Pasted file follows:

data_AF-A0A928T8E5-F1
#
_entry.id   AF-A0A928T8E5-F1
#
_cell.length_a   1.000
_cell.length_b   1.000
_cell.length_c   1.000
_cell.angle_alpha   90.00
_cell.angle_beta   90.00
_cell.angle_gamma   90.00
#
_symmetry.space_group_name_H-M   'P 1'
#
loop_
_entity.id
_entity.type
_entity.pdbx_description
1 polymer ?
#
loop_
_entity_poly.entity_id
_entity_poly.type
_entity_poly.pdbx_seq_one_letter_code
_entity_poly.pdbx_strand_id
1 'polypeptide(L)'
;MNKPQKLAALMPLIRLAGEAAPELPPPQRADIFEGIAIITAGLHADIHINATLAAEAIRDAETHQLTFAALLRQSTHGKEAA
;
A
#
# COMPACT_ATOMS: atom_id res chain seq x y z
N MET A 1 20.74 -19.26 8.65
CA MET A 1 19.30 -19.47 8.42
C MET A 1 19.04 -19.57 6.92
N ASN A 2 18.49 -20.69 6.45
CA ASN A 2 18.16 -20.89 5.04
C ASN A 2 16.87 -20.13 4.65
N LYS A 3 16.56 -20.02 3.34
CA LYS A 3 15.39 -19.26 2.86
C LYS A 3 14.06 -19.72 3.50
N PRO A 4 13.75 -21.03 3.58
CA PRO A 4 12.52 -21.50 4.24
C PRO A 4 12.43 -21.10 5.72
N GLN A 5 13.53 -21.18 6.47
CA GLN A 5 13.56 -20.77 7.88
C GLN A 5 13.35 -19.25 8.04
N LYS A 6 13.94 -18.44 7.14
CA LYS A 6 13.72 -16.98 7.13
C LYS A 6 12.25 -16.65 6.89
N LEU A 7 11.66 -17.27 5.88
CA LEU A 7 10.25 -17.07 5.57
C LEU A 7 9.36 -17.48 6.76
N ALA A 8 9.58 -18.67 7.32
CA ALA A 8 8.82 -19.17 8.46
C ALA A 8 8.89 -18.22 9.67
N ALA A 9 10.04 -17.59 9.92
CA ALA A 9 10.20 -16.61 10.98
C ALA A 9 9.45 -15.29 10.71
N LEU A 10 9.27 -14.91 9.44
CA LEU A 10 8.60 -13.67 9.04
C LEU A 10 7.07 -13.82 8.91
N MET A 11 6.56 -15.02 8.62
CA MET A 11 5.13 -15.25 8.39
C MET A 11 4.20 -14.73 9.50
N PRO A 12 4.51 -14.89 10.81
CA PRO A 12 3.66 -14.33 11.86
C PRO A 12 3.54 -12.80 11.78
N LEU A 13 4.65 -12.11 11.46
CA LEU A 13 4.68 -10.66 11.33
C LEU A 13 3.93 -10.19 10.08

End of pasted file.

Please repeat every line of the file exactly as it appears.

data_AF-A0A928T8E5-F1
#
_entry.id   AF-A0A928T8E5-F1
#
_cell.length_a   1.000
_cell.length_b   1.000
_cell.length_c   1.000
_cell.angle_alpha   90.00
_cell.angle_beta   90.00
_cell.angle_gamma   90.00
#
_symmetry.space_group_name_H-M   'P 1'
#
loop_
_entity.id
_entity.type
_entity.pdbx_description
1 polymer ?
#
loop_
_entity_poly.entity_id
_entity_poly.type
_entity_poly.pdbx_seq_one_letter_code
_entity_poly.pdbx_strand_id
1 'polypeptide(L)'
;MNKPQKLAALMPLIRLAGEAAPELPPPQRADIFEGIAIITAGLHADIHINATLAAEAIRDAETHQLTFAALLRQSTHGKEAA
;
A
#
# COMPACT_ATOMS: atom_id res chain seq x y z
N MET A 1 20.74 -19.26 8.65
CA MET A 1 19.30 -19.47 8.42
C MET A 1 19.04 -19.57 6.92
N ASN A 2 18.49 -20.69 6.45
CA ASN A 2 18.16 -20.89 5.04
C ASN A 2 16.87 -20.13 4.65
N LYS A 3 16.56 -20.02 3.34
CA LYS A 3 15.39 -19.26 2.86
C LYS A 3 14.06 -19.72 3.50
N PRO A 4 13.75 -21.03 3.58
CA PRO A 4 12.52 -21.50 4.24
C PRO A 4 12.43 -21.10 5.72
N GLN A 5 13.53 -21.18 6.47
CA GLN A 5 13.56 -20.77 7.88
C GLN A 5 13.35 -19.25 8.04
N LYS A 6 13.94 -18.44 7.14
CA LYS A 6 13.72 -16.98 7.13
C LYS A 6 12.25 -16.65 6.89
N LEU A 7 11.66 -17.27 5.88
CA LEU A 7 10.25 -17.07 5.57
C LEU A 7 9.36 -17.48 6.76
N ALA A 8 9.58 -18.67 7.32
CA ALA A 8 8.82 -19.17 8.46
C ALA A 8 8.89 -18.22 9.67
N ALA A 9 10.04 -17.59 9.92
CA ALA A 9 10.20 -16.61 10.98
C ALA A 9 9.45 -15.29 10.71
N LEU A 10 9.27 -14.91 9.44
CA LEU A 10 8.60 -13.67 9.04
C LEU A 10 7.07 -13.82 8.91
N MET A 11 6.56 -15.02 8.62
CA MET A 11 5.13 -15.25 8.39
C MET A 11 4.20 -14.73 9.50
N PRO A 12 4.51 -14.89 10.81
CA PRO A 12 3.66 -14.33 11.86
C PRO A 12 3.54 -12.80 11.78
N LEU A 13 4.65 -12.11 11.46
CA LEU A 13 4.68 -10.66 11.33
C LEU A 13 3.93 -10.19 10.08